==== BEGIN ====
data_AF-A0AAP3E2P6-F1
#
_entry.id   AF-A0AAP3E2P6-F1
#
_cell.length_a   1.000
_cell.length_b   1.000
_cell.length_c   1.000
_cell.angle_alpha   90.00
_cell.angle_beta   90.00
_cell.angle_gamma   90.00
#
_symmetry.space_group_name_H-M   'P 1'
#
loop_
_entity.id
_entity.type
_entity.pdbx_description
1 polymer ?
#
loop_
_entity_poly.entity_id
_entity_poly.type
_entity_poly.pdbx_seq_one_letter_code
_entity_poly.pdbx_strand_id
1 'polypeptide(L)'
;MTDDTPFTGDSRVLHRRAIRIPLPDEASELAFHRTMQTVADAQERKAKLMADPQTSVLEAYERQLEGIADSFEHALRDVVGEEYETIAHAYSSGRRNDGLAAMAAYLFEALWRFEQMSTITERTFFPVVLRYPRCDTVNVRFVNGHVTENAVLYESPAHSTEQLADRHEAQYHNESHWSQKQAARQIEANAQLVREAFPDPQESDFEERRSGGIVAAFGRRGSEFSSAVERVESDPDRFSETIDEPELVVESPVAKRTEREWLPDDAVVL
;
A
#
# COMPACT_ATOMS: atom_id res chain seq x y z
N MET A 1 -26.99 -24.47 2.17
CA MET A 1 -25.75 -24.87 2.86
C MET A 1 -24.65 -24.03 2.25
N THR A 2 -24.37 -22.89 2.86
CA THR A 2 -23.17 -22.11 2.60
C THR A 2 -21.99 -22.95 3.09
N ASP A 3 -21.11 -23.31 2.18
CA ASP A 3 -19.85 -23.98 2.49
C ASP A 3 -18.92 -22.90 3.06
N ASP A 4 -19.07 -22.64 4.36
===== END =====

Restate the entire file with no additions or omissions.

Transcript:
data_AF-A0AAP3E2P6-F1
#
_entry.id   AF-A0AAP3E2P6-F1
#
_cell.length_a   1.000
_cell.length_b   1.000
_cell.length_c   1.000
_cell.angle_alpha   90.00
_cell.angle_beta   90.00
_cell.angle_gamma   90.00
#
_symmetry.space_group_name_H-M   'P 1'
#
loop_
_entity.id
_entity.type
_entity.pdbx_description
1 polymer ?
#
loop_
_entity_poly.entity_id
_entity_poly.type
_entity_poly.pdbx_seq_one_letter_code
_entity_poly.pdbx_strand_id
1 'polypeptide(L)'
;MTDDTPFTGDSRVLHRRAIRIPLPDEASELAFHRTMQTVADAQERKAKLMADPQTSVLEAYERQLEGIADSFEHALRDVVGEEYETIAHAYSSGRRNDGLAAMAAYLFEALWRFEQMSTITERTFFPVVLRYPRCDTVNVRFVNGHVTENAVLYESPAHSTEQLADRHEAQYHNESHWSQKQAARQIEANAQLVREAFPDPQESDFEERRSGGIVAAFGRRGSEFSSAVERVESDPDRFSETIDEPELVVESPVAKRTEREWLPDDAVVL
;
A
#
# COMPACT_ATOMS: atom_id res chain seq x y z
N MET A 1 -26.99 -24.47 2.17
CA MET A 1 -25.75 -24.87 2.86
C MET A 1 -24.65 -24.03 2.25
N THR A 2 -24.37 -22.89 2.86
CA THR A 2 -23.17 -22.11 2.60
C THR A 2 -21.99 -22.95 3.09
N ASP A 3 -21.11 -23.31 2.18
CA ASP A 3 -19.85 -23.98 2.49
C ASP A 3 -18.92 -22.90 3.06
N ASP A 4 -19.07 -22.64 4.36